The Hunt, the little B movie that can’t seem to catch a break, finally got released to theaters … in the midst of a national emergency.
The results: Not surprisingly, very few people risked COVID-19 in an effort to see it sitting next to people!
Originally set for release last year, the film was postponed until 2020 due to its violent nature—and the fact that a cluster of mass shootings had occurred at the time. So the studio picked the safe haven of March for a release, only to have those plans foiled by Mr. Beer Virus.
Straight up, this is a fun B movie, but it certainly would’ve benefited from a limited release or Netflix opening. It’s got its virtues, but you probably made the right choice by staying home and watching Disney+. It’s good, but not great.
Now, when Tenet comes out, I don’t care if this emergency is still going on: I need to watch that one on IMAX.
The film starts with group of hardcore liberals on instant messaging, goofing around about the idea of hunting deplorables for sport, à la The Most Dangerous Game. Was it a joke? Will they actually hunt? What is the name of the movie?
As things turn out, those who voted for Trump will soon be in the cross-hairs: A group of non-liberals wake up in a field, find a case of weapons, and are immediately met with gunfire and arrows.
Oh my god … sounds pretty controversial, right? Nah, not really. The point of this movie is that too many people are acting like total assholes when it comes to political ideology. (Hey, I count myself as one of those assholes from time to time.) So just about every character in this film behaves badly, regardless of political affiliation. The movie is a satiric take on our current political attitudes, and how things are getting a little out of hand on social media. It’s also at times funny, bloody and suspenseful—and it contains a great kitchen fight in its closing minutes.
There are moments in the script when the movie is almost saying, “Hey, we were just ragging on Republicans, but now we will rag on Democrats! So, don’t get too mad at us!” Those obvious “balancing act” moments drag the movie down a little bit.
The hunt is masterminded by Athena (Hilary Swank). You don’t see her for a large swath of the film, but she shows up eventually and is one of the folks engaged in the above-mentioned kitchen fight. The movie primarily belongs to Betty Gilpin (Glow) as Crystal, who winds up on the hunted side—and that’s not good for the hunters. Betty can throw down, and there’s little that scares her. Gilpin has all the makings of becoming the next great cinematic action hero. She’s got a great deadpan delivery to punctuate her smack-downs, she comes up with some facial expressions that I’m pretty sure I’ve never seen before: She’s a sympathetic hero with depth behind her eyes. I’d say at least 80 percent of the reason I like this movie is because of Gilpin.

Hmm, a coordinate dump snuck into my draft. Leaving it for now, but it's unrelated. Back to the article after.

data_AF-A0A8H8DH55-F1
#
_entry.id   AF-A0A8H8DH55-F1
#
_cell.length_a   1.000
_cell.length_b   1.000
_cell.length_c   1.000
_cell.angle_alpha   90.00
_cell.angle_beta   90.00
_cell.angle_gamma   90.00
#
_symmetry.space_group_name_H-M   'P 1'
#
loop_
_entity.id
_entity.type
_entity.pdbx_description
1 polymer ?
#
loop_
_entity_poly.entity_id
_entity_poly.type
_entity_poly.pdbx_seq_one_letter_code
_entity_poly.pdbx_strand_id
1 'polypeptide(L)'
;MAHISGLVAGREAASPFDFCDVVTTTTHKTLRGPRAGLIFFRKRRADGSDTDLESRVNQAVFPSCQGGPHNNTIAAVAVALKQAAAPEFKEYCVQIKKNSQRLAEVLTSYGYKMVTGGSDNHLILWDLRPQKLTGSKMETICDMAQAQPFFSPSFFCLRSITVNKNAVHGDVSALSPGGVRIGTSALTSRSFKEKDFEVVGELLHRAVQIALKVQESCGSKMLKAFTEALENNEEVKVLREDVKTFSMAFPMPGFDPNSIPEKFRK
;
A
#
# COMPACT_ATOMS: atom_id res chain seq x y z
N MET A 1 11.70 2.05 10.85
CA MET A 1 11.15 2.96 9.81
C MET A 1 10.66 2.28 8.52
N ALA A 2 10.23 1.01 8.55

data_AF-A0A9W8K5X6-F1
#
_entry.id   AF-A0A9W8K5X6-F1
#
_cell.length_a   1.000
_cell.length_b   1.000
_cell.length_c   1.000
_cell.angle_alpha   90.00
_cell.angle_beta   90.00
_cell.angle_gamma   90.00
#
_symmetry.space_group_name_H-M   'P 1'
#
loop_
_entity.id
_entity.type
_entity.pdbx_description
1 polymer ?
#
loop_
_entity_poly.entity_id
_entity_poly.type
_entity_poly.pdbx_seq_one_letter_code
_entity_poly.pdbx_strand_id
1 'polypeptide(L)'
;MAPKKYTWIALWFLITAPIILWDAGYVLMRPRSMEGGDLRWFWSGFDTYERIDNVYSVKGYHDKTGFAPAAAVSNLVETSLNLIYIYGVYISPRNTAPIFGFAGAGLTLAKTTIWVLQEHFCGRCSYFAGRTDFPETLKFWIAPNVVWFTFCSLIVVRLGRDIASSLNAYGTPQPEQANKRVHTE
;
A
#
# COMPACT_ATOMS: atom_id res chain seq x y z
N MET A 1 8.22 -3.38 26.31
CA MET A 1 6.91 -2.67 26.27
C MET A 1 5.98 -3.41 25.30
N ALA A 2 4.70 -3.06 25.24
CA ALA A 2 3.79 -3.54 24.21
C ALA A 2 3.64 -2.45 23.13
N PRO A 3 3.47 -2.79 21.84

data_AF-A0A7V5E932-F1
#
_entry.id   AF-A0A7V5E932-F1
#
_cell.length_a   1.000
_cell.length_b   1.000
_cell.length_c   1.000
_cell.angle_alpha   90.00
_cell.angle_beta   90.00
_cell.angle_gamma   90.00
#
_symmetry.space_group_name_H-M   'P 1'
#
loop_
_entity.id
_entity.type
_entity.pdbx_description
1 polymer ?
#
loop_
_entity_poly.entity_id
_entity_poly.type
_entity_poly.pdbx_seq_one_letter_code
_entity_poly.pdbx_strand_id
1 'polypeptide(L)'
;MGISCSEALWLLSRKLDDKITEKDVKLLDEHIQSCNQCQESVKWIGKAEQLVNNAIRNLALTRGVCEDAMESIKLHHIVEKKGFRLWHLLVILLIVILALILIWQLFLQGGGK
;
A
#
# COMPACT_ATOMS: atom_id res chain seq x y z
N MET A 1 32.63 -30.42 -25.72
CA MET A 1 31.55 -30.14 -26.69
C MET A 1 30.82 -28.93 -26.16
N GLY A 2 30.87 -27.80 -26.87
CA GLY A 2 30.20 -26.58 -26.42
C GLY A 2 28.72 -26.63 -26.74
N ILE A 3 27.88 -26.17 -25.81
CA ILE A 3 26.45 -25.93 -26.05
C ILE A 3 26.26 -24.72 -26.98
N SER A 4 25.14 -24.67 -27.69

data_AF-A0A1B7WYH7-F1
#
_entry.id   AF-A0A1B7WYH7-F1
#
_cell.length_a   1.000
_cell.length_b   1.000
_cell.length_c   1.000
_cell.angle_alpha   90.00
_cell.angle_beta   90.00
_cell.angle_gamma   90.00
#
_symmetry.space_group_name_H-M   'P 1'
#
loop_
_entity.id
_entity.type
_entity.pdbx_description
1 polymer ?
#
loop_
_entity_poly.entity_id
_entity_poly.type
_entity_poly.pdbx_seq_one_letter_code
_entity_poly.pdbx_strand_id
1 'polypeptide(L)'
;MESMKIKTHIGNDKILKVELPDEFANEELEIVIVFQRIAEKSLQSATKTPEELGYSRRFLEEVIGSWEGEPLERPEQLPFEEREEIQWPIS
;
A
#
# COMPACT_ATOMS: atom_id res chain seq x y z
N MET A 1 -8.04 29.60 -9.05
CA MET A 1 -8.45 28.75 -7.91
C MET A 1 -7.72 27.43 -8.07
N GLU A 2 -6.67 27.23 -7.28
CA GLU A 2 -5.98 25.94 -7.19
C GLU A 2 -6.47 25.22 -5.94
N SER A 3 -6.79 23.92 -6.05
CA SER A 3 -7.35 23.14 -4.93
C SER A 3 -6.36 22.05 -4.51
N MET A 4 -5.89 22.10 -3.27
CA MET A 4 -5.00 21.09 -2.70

Some familiar faces do show up in the movie, including Ike Barinholtz, Ethan Suplee (looking good, Ethan!), Emma Roberts and Amy Madigan. Granted, don’t get too attached to anybody, because the cast thins out fast. Swank, a two-time Oscar winner, shows that she can bring the funk whether she’s working for Clint Eastwood or Craig Zobel, the director of this one. She creates a memorable, sinister villain in Athena. In other words: This film, despite its shlock factor and obviousness, is a good time thanks to Gilpin and Swank. They embrace the nonsense and take it to fun levels.
The Hunt probably deserved a debut on a streaming service rather than the big screen—and streaming, it will be, in the near future. When it hits the TV screen, watch it if you are in the mood for a good B movie.